Election 2020

End of the Line for the 'Never-Trump' Brigade?

(AP Photo/Richard Drew)

Nate Silver, whose predictions for the 2012 presidential race turned out to be spot-on, has some bad news for the Trump-bashers:

Donald Trump has had a good run of numbers lately. While his victory in New York this week was expected, he got 60 percent of the vote, more than the roughly 55 percent projected by the polls. He appears headed for victories in Maryland and Pennsylvania, which vote on Tuesday. He’s gained ground in California and is narrowly ahead of Ted Cruz in the first public polls of Indiana. He’s added about 2 percentage points over the past two weeks in our national polling average.

You could push back against some of these details. Some of the California polls come from pollsters that have had a Trump-leaning house effect or that used an unorthodox methodology. The Indiana polls have Trump leading, but with only about 39 percent of the vote, which might not be enough if the rest of the vote consolidates behind Cruz. The national poll gains are small and may just be statistical noise.

But with Trump’s path to 1,237 delegates on such a knife’s edge, every percentage point matters. And it’s possible that Trump has moved a few voters into his column with a series of process arguments that he’s been pressing recently. The more restrained version, as you can see in a recent op-ed published under Trump’s name in The Wall Street Journal, is that the candidate who gets the most votes should be the Republican nominee — that delegates shouldn’t upend the people’s verdict. In public speeches, Trump has taken the argument a step further, describing the GOP’s nomination process as “rigged” and “crooked.”

Polling suggests that a majority of Republicans agree with at least the milder version of Trump’s argument…

It’s still surprising to me that the “movement conservative” Right — which seems largely to consist of folks who came to maturity during the glory days of the Reagan Revolution and thought they hit a triple — can neither fathom Trump’s appeal nor understand why their technical arguments bounce harmlessly off the rampaging monster from Queens.

It also helps that Trump’s system-is-rigged message is relatively simple and plays into the media’s master narrative of the Republican race as a conflict between the Republican base and the GOP “establishment.” The Republicans’ delegate selection rules, by contrast, require an attention to detail that narrative-driven stories about the Republican race can misconstrue…

It’s true that most delegates become free agents on the second ballot — and more still on the third and fourth ballots — and that Trump hasn’t done a good job in delegate-selection conventions held by state and local Republican parties.7 But that won’t matter if Trump has enough support on the first ballot, which he can still get if he finishes strongly in states such as California and Indiana. The process is still in Republican voters’ hands, and Trump may have found an argument that can get him over the finish line.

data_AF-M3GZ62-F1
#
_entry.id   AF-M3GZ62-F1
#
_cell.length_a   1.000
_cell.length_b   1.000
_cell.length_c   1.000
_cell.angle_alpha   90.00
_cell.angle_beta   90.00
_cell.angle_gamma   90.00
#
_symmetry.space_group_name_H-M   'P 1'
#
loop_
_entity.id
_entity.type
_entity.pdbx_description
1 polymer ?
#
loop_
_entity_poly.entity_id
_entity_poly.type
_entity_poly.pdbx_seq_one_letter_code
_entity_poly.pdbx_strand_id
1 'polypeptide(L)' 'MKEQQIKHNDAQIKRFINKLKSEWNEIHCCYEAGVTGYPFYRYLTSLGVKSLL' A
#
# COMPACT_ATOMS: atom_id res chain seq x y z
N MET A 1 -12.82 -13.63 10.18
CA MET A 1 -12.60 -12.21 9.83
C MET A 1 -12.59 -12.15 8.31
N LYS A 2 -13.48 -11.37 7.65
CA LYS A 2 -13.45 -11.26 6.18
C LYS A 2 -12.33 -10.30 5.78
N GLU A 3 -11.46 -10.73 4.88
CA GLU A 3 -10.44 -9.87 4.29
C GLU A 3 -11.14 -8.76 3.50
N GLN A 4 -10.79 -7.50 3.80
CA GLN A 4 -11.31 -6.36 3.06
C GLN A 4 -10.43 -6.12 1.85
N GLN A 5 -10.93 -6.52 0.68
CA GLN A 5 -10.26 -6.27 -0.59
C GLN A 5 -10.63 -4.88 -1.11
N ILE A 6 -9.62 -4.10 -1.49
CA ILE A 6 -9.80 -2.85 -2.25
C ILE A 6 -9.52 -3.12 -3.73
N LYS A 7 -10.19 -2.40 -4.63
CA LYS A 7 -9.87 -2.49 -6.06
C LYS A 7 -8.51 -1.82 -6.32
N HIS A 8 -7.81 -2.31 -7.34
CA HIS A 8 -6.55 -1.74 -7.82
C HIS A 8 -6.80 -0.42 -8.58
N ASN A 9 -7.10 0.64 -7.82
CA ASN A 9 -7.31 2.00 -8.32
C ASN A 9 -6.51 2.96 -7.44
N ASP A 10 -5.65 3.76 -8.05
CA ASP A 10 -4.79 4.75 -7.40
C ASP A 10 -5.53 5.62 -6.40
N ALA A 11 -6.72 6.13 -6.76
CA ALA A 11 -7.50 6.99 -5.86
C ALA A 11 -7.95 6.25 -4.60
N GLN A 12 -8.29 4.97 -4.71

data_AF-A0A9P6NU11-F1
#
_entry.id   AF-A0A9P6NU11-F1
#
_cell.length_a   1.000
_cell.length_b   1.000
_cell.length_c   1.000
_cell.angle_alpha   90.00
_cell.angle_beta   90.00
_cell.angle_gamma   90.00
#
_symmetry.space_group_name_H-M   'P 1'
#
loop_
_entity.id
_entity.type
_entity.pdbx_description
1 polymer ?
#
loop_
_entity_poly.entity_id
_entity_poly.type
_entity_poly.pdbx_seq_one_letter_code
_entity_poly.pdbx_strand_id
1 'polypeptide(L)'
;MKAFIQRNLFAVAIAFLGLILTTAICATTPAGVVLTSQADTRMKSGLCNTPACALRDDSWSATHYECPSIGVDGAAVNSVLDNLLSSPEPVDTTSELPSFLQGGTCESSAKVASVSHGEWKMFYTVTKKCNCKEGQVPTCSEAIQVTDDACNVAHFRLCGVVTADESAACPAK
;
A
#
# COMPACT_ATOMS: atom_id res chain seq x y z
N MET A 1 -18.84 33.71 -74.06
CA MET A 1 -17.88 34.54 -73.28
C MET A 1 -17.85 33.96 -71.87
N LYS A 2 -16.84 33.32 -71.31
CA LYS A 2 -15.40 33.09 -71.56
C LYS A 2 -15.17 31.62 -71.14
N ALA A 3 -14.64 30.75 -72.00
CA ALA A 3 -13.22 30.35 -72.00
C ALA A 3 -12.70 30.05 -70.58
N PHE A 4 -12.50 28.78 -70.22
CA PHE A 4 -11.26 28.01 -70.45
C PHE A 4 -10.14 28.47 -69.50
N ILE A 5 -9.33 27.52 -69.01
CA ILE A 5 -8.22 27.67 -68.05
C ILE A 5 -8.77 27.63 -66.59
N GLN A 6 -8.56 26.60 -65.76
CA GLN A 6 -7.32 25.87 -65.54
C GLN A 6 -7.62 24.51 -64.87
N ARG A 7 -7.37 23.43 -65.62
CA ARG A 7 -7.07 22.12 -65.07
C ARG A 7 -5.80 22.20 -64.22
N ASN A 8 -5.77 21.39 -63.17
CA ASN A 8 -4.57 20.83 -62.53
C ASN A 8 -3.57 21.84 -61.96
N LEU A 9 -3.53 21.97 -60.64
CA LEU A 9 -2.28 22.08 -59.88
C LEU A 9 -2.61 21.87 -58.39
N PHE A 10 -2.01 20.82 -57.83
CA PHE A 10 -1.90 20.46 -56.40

In a recent CNBC column, Larry Kudlow makes some similar points:

Donald Trump‘s landslide victory in the New York GOP primary was a game-changer. It ended his Wisconsin slump and set the stage for an across-the-board sweep on Tuesday in Pennsylvania, Maryland, Delaware, Connecticut, and Rhode Island. Trump’s vote count exceeded his pre-primary polling average by nearly 10 percentage points. Perhaps most important, the win gave him 89 more delegates for the RNC July convention. So Trump is now the prohibitive favorite to win the GOP nomination, although there is still much dispute about this. But I believe, even if he comes up short of a majority 1,237 delegates, he will still get a first-ballot victory. There will be roughly 190 uncommitted delegates at the Cleveland convention. And Trump, with his art of the deal, can be very persuasive.

But what hasn’t gotten enough attention following New York is how Trump did it, and how it will enhance his position in the rest of the primaries. My theory is this: Trump cleverly turned the tables againstTed Cruz in regard to the nationwide delegate fight, especially in Colorado. Trump outflanked Cruz. By calling the delegate-selection process “rigged,” and arguing that Colorado had an election without voters, Trump turned a loss into a victory. Why? Because he put Cruz in the unenviable position of defending the status quo delegate-selection process.

Now, Cruz played by the rules in Colorado and elsewhere. And Trump was caught flat-footed, and to some extent was embarrassed by his own weak delegate-gathering team. However, and this is the key point, Cruz argued time and again that the rules were the rules and that he simply played by them. And as Trump continuously attacked the RNC rules as being undemocratic, disenfranchising to voters, and creatures of out-of-touch Republican-party regulars, he put Cruz in the position of backing the establishment. A bad place for Cruz.

In very clear terms, Trump connected Cruz with exactly those establishmentarian elites who have bred so much anger and resentment in Republicans everywhere. Trump completely outflanked Cruz while turning a process issue into a policy issue.

It really is as simple as that. So all the howling about Trump’s “lies,” inconsistencies, bluster, rambling braggadoccio and general policy incoherence don’t amount to a hill of beans in the crazy world the GOP establishment has called into being. Trump’s a creature of their own making, the anti-McCain/Romney and no matter what happens in November, there’s no good outcome for the Grand Old Party.